1. Dancing in public
By in public I do not mean in a night club or at a party or festival. I mean in the street, during the day, in the corner shop, in the supermarket, at the garden centre and in the swimming pool. Having worn Elsie in a sling for much of her first year of life I have gotten so used to swaying, bopping, bouncing and squating my way around life that I’ve forgotten how not to dance. The first time I went to the corner shop post Elsie, without Elsie she was about 10m old and I found myself dancing in the queue, at 2pm in the afternoon. When I realised my faux pas I felt the need to explain myself to the man behind me. He just laughed and said not to worry and that I have “rhythm”. Since this incident I have realised life is actually a happier place to be if you dance along. I don’t care if it looks totally bizarre.
2. Intellectual conversations
I used to love to explore intricate, abstract and philosophical concepts. Over a bottle of wine, country walk or lengthy telephone conversation.
Please don’t ask me anything complicated! Don’t ask me to think!! I don’t have space in my head to think about anything extra and you are distracting my limited processing power from thinking about what I want to think about which is: working out what I can cook for Friday night that is baby friendly, healthy, tasty, vegetarian, wheat free, not massively processed and can be prepared with one hand during the time Elsie eats her lunch on Thursday and provide a lunch for the next 5 days. Actually. Sod that. I don’t want to think at all, Please can you think about that for me too.
3. How I look
Here I am talking beyond basic cleanliness and health. Don’t get me wrong, I’ve never aspired to be magazine cover material and always focused my energy in other directions. But now? It’s fallen totally off the radar. I used to worry people would judge me for not making “an effort” but I’ve realised there is no law about having to make yourself look pretty.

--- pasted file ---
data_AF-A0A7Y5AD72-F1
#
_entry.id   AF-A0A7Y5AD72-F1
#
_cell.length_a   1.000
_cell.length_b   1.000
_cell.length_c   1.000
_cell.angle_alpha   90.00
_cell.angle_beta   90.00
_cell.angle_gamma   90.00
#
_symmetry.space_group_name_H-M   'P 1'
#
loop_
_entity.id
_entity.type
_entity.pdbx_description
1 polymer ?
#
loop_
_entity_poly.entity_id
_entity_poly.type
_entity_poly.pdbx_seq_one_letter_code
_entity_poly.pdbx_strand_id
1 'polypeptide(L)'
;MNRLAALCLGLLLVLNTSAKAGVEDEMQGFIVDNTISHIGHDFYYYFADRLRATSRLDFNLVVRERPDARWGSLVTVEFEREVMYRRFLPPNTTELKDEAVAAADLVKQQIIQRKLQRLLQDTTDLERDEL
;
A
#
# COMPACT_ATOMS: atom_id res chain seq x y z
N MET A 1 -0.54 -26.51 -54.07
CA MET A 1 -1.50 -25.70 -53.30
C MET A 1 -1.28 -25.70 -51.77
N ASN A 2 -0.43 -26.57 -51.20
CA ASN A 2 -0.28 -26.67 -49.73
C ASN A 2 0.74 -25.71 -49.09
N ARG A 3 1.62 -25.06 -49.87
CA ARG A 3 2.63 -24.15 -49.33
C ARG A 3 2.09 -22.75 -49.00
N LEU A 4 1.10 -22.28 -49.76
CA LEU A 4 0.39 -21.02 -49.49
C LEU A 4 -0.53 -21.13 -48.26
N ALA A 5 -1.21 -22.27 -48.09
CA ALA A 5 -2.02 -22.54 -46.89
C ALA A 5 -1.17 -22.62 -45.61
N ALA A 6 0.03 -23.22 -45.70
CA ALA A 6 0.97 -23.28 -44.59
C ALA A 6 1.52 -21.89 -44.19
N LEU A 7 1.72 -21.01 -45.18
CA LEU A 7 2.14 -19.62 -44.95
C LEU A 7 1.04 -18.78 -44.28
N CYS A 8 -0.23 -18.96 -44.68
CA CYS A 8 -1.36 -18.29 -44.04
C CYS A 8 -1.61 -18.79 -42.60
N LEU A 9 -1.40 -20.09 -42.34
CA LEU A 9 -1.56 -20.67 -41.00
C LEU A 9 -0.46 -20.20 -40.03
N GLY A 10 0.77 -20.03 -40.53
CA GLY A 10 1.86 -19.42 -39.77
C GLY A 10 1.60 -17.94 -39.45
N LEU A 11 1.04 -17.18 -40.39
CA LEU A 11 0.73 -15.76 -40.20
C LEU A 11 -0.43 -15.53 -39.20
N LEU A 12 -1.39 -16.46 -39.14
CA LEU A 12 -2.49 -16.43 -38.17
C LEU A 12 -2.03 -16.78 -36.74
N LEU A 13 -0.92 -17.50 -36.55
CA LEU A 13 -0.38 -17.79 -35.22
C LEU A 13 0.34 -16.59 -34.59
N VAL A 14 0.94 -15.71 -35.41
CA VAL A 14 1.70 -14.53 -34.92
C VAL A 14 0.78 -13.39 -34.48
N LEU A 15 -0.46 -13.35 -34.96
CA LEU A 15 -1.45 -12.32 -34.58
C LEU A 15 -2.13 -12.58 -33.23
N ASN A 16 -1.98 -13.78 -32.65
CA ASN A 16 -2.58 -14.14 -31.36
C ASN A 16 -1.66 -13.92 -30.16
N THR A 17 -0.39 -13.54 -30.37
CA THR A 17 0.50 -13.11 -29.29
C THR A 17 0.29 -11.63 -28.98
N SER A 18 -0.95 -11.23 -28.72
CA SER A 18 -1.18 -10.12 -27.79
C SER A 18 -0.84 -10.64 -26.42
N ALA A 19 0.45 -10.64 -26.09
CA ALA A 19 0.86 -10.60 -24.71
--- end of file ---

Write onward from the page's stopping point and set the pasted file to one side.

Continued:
4. Making up crap songs
I’ve always wanted to be good at music, but never really developed the skills. During my pregnancy I read that I should sing to my bump. I thought it was a good idea but the perfectionist in me got stuck in working out what song it should be, should I write one? What if it’s Rubbish? I never did sing to my bump.
Now? We have a song for everything. The songs are not remotely poetic or musically sound but they aid communication, provide cues, jolly us up and punctuate our days. They get us through! Here are a few examples:
I’m going to wash, wash, wash your wees away. Wash, wash, wash your wees away. Wash, wash, wash your wees away and wiggle your waggles away (to the tune of shake your sillies out)
We’ll have a cup of tea and a boobie, we’ll have a cup of tea and a boobie, we’ll have a cup of tea and a boobie, ’cause that’s what mummies and Elsies do, boom, boom boom (to the tune of Alice the camel)
Bye bye water, bye bye bubbles, bye bye day time, bye bye troubles (I don’t know where that time comes from)
5. Having low-brow tastes
Please consider this my official “coming out” I’ve always secretly liked a bit of crap telly, but now, if I get the chance to spend a few minutes in front of the box I need a zero-effort-super-fast-brainless- hit. I need something to turn my brain off to. I love made in Chelsea, TOWIE and 90210. While I’m confessing I might as well tell you I also love KFC, Krispy Kreme and all inclusive beach holidays. I wish I didn’t, but I do. Life’s too short to pretend otherwise.
What do you no longer care about? Either as the result of having a baby or due to other sources of personal change?